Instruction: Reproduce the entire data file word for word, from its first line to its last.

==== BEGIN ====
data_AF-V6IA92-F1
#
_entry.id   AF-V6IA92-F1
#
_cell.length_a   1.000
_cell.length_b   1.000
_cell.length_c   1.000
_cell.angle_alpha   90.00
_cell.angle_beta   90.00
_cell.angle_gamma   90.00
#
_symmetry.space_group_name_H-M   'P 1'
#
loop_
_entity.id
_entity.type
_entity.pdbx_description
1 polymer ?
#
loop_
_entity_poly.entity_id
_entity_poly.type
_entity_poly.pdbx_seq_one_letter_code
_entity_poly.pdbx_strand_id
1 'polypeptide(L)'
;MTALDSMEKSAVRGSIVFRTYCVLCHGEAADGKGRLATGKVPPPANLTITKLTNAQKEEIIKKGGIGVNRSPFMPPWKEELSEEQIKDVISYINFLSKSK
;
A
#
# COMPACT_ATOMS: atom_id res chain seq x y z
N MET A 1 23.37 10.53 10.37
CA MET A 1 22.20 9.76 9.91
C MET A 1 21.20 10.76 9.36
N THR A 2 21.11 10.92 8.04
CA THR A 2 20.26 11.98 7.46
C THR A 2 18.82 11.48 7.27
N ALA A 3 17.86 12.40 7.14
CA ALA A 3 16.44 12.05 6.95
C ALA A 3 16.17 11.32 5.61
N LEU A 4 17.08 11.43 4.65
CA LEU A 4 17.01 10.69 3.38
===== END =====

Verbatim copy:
data_AF-V6IA92-F1
#
_entry.id   AF-V6IA92-F1
#
_cell.length_a   1.000
_cell.length_b   1.000
_cell.length_c   1.000
_cell.angle_alpha   90.00
_cell.angle_beta   90.00
_cell.angle_gamma   90.00
#
_symmetry.space_group_name_H-M   'P 1'
#
loop_
_entity.id
_entity.type
_entity.pdbx_description
1 polymer ?
#
loop_
_entity_poly.entity_id
_entity_poly.type
_entity_poly.pdbx_seq_one_letter_code
_entity_poly.pdbx_strand_id
1 'polypeptide(L)'
;MTALDSMEKSAVRGSIVFRTYCVLCHGEAADGKGRLATGKVPPPANLTITKLTNAQKEEIIKKGGIGVNRSPFMPPWKEELSEEQIKDVISYINFLSKSK
;
A
#
# COMPACT_ATOMS: atom_id res chain seq x y z
N MET A 1 23.37 10.53 10.37
CA MET A 1 22.20 9.76 9.91
C MET A 1 21.20 10.76 9.36
N THR A 2 21.11 10.92 8.04
CA THR A 2 20.26 11.98 7.46
C THR A 2 18.82 11.48 7.27
N ALA A 3 17.86 12.40 7.14
CA ALA A 3 16.44 12.05 6.95
C ALA A 3 16.17 11.32 5.61
N LEU A 4 17.08 11.43 4.65
CA LEU A 4 17.01 10.69 3.38